When land-use attorney Ann Moore was sworn in as 2013 chair of the Unified Port of San Diego’s board of port commissioners, she was tasked with conveying a theme for her yearlong post. How would she like the port commissioners, the port’s member cities and its various stakeholders to work together in the coming year?
She settled upon “A Port for All,” a theme she said will include integrated planning and inclusive decision-making.
“The port is composed of pieces that together make it very strong, with a puzzle of stakeholders,” Moore said. “I hope to help us do the planning in an integrated process that considers all of the stakeholders.”
The Port of San Diego -- considered the fourth largest port in California -- is governed by a seven-member board of port commissioners. There’s a port commissioner to represent Chula Vista, Coronado, Imperial Beach and National City, each appointed by their respective city councils, and then three commissioners appointed by the San Diego City Council.
The Port of San Diego’s oversight includes two cargo terminals, two cruise ship terminals, 18 public parks, the Harbor Police, and hundreds of businesses around San Diego Bay.
Moore has been a port commissioner since January 2011, representing Chula Vista. She’s a senior partner with the law firm of Norton Moore & Adams, representing developers and government agencies in processing residential, commercial and industrial land-use entitlements. She was previously Chula Vista’s city attorney.
Moore’s focus for the Port of San Diego this year will include emphasis on the Chula Vista Bayfront Master Plan, which addresses the planning needs for what is considered the largest undeveloped waterfront parcel on the West Coast.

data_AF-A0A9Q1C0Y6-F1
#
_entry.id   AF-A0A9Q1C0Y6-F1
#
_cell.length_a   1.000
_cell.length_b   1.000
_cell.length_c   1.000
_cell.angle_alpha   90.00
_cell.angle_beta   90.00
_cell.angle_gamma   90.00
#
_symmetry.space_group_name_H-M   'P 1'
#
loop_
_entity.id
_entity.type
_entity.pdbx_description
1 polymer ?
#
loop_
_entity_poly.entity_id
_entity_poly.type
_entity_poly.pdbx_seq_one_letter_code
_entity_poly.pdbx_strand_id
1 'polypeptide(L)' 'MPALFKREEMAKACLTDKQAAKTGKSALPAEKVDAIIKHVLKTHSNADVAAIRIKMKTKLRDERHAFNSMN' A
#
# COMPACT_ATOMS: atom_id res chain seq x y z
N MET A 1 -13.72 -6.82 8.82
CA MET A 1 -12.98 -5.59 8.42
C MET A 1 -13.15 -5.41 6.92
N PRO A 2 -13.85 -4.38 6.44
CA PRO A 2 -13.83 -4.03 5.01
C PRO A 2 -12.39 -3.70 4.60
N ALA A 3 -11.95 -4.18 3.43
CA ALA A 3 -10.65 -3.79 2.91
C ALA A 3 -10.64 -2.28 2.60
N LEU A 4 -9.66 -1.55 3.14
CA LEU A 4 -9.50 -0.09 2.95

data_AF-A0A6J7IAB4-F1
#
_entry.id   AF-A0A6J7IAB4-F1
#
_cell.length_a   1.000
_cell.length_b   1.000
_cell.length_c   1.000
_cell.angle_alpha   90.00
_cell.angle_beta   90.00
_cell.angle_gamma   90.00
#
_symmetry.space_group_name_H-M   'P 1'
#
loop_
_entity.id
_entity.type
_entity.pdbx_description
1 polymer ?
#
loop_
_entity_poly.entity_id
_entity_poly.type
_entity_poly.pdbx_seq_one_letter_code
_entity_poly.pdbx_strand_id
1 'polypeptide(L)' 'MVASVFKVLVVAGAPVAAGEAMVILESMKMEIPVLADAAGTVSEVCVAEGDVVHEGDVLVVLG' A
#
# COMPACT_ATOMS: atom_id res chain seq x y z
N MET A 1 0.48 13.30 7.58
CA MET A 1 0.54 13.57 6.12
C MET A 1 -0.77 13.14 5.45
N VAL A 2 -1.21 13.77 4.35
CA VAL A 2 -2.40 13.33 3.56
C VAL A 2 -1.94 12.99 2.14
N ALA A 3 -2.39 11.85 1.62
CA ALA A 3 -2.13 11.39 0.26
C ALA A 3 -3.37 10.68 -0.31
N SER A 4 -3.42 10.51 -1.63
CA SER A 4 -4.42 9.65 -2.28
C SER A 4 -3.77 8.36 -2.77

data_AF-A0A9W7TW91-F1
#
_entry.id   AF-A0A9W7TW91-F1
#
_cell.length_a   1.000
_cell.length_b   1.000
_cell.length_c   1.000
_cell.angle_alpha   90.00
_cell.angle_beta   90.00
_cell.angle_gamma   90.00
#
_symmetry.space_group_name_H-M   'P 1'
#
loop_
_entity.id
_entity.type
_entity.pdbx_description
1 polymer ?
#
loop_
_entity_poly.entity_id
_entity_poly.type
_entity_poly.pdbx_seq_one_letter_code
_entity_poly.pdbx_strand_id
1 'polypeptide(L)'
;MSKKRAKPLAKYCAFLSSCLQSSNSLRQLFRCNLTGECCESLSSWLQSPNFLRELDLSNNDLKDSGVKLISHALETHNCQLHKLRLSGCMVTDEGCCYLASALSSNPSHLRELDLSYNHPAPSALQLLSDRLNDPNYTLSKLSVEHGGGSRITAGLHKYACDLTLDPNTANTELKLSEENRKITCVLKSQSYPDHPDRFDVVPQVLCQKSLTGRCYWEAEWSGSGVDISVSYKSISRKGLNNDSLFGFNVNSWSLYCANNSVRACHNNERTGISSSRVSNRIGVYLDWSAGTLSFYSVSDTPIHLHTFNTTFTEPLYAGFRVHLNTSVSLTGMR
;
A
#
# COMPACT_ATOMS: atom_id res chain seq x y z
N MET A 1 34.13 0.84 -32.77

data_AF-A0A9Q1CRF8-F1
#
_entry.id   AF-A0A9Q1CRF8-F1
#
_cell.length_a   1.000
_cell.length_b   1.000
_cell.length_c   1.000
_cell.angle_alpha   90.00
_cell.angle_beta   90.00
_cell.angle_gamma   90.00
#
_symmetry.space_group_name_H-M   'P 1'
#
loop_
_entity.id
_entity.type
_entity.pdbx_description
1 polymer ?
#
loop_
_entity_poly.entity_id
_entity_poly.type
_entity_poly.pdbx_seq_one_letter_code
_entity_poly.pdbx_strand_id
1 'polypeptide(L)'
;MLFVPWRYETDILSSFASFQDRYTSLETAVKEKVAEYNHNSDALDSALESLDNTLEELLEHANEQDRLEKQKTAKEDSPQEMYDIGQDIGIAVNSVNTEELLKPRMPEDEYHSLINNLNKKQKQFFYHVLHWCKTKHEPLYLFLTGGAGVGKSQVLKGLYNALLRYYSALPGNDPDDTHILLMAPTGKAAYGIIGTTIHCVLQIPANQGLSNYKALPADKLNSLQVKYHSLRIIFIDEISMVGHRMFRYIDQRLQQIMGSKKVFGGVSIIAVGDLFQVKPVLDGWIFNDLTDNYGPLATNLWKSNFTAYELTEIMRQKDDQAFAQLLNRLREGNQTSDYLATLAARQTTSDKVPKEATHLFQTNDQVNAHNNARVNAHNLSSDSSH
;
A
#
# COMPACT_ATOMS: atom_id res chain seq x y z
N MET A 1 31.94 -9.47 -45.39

“The Chula Vista Bayfront Master Plan is the future of economic growth for the port,” Moore said. The master plan addresses development opportunities for 556 acres along Chula Vista’s waterfront. After a decade of discussion, the land-use plan was unanimously approved by the California Coastal Commission last August.
One of the first steps of the master plan was realized Feb. 2, with the implosion of the South Bay Power Plant. This year, the Port of San Diego also intends to talk with financiers and developers to advance a comprehensive business plan for the Chula Vista bayfront, with Moore hoping to show real progress by this fall.
“I’m pushing hard to get something done ASAP,” she said. “I want us to start putting in some infrastructure, and the business plan is a big part of it. I want to get it moving.”
Moore said it’s important to her that the business plan considers each parcel as part of the whole. “I want to make sure we create a project that considers all 500-plus acres, not just one parcel at a time. We need a plan that revitalizes the whole area.”
Moore said she’s able to keep her work with the Port of San Diego separate from her law practice, particularly because she doesn’t have any clients who are involved with the bayfront project. Still, her expertise in land use and development comes in handy when discussing Port of San Diego issues.
“It definitely helps that I know this area. I pretty much know what things need to be done,” she said. “I’ve done development work my entire career.”
Moore hopes the Chula Vista Bayfront Master Plan will be accomplished as part of a larger, integrated master plan for all of the properties under the port’s purview. “I want the bay to be preserved and kept beautiful.”
Moore acknowledges that all of her long-term goals for the port likely won’t be accomplished during her time on the board.
“It takes years,” she said. “I always think of it like a relay race, where one person hands the baton to another.
“We have to take small bits of the apple to start the process, and hope others carry it forward.”